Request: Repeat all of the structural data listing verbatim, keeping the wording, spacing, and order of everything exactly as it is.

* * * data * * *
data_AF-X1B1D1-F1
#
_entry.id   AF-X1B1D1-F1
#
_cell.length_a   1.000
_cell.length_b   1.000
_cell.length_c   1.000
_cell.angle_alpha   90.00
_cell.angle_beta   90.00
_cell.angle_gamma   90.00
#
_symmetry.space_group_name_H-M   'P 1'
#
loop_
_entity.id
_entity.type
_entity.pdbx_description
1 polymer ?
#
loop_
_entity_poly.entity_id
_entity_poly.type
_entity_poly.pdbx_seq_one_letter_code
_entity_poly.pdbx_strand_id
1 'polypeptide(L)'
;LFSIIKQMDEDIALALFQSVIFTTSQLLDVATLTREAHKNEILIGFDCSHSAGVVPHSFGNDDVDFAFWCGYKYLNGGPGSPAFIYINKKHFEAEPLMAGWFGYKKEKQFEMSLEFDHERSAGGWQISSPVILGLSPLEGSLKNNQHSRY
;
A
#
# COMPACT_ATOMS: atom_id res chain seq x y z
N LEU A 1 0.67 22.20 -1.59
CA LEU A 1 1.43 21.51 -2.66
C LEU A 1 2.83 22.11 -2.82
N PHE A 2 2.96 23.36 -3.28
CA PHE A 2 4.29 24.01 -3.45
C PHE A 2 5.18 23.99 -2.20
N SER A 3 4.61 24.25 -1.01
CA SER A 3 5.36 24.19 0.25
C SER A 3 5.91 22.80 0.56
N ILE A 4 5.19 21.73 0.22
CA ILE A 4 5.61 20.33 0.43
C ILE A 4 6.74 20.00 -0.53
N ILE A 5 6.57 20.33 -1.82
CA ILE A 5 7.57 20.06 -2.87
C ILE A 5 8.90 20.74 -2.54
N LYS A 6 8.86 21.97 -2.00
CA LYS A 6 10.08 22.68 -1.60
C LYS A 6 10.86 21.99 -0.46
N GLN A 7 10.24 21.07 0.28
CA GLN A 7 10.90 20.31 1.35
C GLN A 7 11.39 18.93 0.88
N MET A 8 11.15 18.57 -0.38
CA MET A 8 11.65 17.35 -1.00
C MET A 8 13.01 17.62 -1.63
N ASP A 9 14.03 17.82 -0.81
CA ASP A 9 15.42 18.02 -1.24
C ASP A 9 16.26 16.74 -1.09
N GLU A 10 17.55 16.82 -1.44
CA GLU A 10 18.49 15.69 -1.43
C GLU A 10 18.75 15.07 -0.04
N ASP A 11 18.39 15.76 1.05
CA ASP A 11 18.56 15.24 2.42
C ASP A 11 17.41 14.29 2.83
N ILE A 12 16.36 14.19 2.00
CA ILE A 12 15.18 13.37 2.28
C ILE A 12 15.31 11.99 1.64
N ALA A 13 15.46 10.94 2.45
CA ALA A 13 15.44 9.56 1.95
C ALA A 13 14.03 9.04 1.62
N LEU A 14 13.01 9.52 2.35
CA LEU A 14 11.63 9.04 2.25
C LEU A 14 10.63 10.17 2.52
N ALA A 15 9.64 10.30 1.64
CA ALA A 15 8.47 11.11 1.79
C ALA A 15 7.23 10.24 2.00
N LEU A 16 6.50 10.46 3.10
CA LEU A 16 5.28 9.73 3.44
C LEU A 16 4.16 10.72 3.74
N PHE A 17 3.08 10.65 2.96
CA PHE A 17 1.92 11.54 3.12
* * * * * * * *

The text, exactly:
data_AF-X1B1D1-F1
#
_entry.id   AF-X1B1D1-F1
#
_cell.length_a   1.000
_cell.length_b   1.000
_cell.length_c   1.000
_cell.angle_alpha   90.00
_cell.angle_beta   90.00
_cell.angle_gamma   90.00
#
_symmetry.space_group_name_H-M   'P 1'
#
loop_
_entity.id
_entity.type
_entity.pdbx_description
1 polymer ?
#
loop_
_entity_poly.entity_id
_entity_poly.type
_entity_poly.pdbx_seq_one_letter_code
_entity_poly.pdbx_strand_id
1 'polypeptide(L)'
;LFSIIKQMDEDIALALFQSVIFTTSQLLDVATLTREAHKNEILIGFDCSHSAGVVPHSFGNDDVDFAFWCGYKYLNGGPGSPAFIYINKKHFEAEPLMAGWFGYKKEKQFEMSLEFDHERSAGGWQISSPVILGLSPLEGSLKNNQHSRY
;
A
#
# COMPACT_ATOMS: atom_id res chain seq x y z
N LEU A 1 0.67 22.20 -1.59
CA LEU A 1 1.43 21.51 -2.66
C LEU A 1 2.83 22.11 -2.82
N PHE A 2 2.96 23.36 -3.28
CA PHE A 2 4.29 24.01 -3.45
C PHE A 2 5.18 23.99 -2.20
N SER A 3 4.61 24.25 -1.01
CA SER A 3 5.36 24.19 0.25
C SER A 3 5.91 22.80 0.56
N ILE A 4 5.19 21.73 0.22
CA ILE A 4 5.61 20.33 0.43
C ILE A 4 6.74 20.00 -0.53
N ILE A 5 6.57 20.33 -1.82
CA ILE A 5 7.57 20.06 -2.87
C ILE A 5 8.90 20.74 -2.54
N LYS A 6 8.86 21.97 -2.00
CA LYS A 6 10.08 22.68 -1.60
C LYS A 6 10.86 21.99 -0.46
N GLN A 7 10.24 21.07 0.28
CA GLN A 7 10.90 20.31 1.35
C GLN A 7 11.39 18.93 0.88
N MET A 8 11.15 18.57 -0.38
CA MET A 8 11.65 17.35 -1.00
C MET A 8 13.01 17.62 -1.63
N ASP A 9 14.03 17.82 -0.81
CA ASP A 9 15.42 18.02 -1.24
C ASP A 9 16.26 16.74 -1.09
N GLU A 10 17.55 16.82 -1.44
CA GLU A 10 18.49 15.69 -1.43
C GLU A 10 18.75 15.07 -0.04
N ASP A 11 18.39 15.76 1.05
CA ASP A 11 18.56 15.24 2.42
C ASP A 11 17.41 14.29 2.83
N ILE A 12 16.36 14.19 2.00
CA ILE A 12 15.18 13.37 2.28
C ILE A 12 15.31 11.99 1.64
N ALA A 13 15.46 10.94 2.45
CA ALA A 13 15.44 9.56 1.95
C ALA A 13 14.03 9.04 1.62
N LEU A 14 13.01 9.52 2.35
CA LEU A 14 11.63 9.04 2.25
C LEU A 14 10.63 10.17 2.52
N ALA A 15 9.64 10.30 1.64
CA ALA A 15 8.47 11.11 1.79
C ALA A 15 7.23 10.24 2.00
N LEU A 16 6.50 10.46 3.10
CA LEU A 16 5.28 9.73 3.44
C LEU A 16 4.16 10.72 3.74
N PHE A 17 3.08 10.65 2.96
CA PHE A 17 1.92 11.54 3.12